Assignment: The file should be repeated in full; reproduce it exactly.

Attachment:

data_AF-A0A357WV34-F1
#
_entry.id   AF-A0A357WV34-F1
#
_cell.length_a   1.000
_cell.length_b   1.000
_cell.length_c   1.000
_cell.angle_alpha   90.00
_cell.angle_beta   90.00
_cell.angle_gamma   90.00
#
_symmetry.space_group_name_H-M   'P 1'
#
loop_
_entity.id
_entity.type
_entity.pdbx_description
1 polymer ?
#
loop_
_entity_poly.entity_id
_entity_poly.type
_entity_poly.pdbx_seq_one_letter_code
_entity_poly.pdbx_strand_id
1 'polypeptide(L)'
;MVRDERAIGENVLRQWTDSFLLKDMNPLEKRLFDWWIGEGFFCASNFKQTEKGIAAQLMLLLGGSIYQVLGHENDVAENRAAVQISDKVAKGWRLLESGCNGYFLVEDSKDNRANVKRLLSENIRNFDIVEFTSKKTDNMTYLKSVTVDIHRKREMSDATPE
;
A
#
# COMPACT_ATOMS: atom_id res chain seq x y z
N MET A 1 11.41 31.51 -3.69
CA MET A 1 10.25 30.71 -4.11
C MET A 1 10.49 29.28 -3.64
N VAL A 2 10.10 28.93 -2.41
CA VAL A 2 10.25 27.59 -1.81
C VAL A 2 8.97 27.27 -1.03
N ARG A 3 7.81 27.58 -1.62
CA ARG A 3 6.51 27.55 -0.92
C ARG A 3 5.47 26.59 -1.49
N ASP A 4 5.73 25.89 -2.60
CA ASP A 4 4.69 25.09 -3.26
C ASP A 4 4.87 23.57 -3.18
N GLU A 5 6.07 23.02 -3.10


data_AF-A0A357WV34-F1
#
_entry.id   AF-A0A357WV34-F1
#
_cell.length_a   1.000
_cell.length_b   1.000
_cell.length_c   1.000
_cell.angle_alpha   90.00
_cell.angle_beta   90.00
_cell.angle_gamma   90.00
#
_symmetry.space_group_name_H-M   'P 1'
#
loop_
_entity.id
_entity.type
_entity.pdbx_description
1 polymer ?
#
loop_
_entity_poly.entity_id
_entity_poly.type
_entity_poly.pdbx_seq_one_letter_code
_entity_poly.pdbx_strand_id
1 'polypeptide(L)'
;MVRDERAIGENVLRQWTDSFLLKDMNPLEKRLFDWWIGEGFFCASNFKQTEKGIAAQLMLLLGGSIYQVLGHENDVAENRAAVQISDKVAKGWRLLESGCNGYFLVEDSKDNRANVKRLLSENIRNFDIVEFTSKKTDNMTYLKSVTVDIHRKREMSDATPE
;
A
#
# COMPACT_ATOMS: atom_id res chain seq x y z
N MET A 1 11.41 31.51 -3.69
CA MET A 1 10.25 30.71 -4.11
C MET A 1 10.49 29.28 -3.64
N VAL A 2 10.10 28.93 -2.41
CA VAL A 2 10.25 27.59 -1.81
C VAL A 2 8.97 27.27 -1.03
N ARG A 3 7.81 27.58 -1.62
CA ARG A 3 6.51 27.55 -0.92
C ARG A 3 5.47 26.59 -1.49
N ASP A 4 5.73 25.89 -2.60
CA ASP A 4 4.69 25.09 -3.26
C ASP A 4 4.87 23.57 -3.18
N GLU A 5 6.07 23.02 -3.10